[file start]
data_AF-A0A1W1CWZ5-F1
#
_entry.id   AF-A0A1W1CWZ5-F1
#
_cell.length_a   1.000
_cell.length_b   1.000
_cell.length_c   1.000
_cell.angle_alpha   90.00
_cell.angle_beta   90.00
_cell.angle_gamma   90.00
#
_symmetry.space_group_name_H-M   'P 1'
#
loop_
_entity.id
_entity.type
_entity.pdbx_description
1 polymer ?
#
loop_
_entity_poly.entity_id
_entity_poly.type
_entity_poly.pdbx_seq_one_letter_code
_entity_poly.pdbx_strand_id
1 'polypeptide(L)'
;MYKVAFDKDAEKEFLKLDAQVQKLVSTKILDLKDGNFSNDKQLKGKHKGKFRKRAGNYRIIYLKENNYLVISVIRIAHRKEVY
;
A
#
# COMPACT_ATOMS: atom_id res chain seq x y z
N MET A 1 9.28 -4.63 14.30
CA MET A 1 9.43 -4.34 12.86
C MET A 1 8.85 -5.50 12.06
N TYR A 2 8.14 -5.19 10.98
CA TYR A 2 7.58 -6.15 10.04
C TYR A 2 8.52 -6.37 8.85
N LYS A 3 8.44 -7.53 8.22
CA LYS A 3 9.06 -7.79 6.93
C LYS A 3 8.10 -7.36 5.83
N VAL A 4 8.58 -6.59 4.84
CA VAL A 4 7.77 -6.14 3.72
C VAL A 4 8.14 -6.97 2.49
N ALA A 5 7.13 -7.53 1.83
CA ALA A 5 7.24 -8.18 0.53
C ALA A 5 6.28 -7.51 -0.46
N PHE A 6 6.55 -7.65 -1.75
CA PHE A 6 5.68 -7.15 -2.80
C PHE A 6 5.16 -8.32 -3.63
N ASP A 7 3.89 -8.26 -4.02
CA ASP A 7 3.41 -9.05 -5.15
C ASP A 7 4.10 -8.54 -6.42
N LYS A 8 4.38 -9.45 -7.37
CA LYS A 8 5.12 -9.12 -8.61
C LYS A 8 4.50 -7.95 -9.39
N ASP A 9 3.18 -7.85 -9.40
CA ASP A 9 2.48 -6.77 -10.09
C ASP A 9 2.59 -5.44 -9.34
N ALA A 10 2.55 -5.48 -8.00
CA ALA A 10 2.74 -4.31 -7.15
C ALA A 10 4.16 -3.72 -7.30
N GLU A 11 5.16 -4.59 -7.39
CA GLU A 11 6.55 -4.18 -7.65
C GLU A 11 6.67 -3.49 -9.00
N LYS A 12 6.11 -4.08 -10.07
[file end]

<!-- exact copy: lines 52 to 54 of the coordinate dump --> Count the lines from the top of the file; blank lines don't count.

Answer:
N LYS A 8 4.38 -9.45 -7.37
CA LYS A 8 5.12 -9.12 -8.61
C LYS A 8 4.50 -7.95 -9.39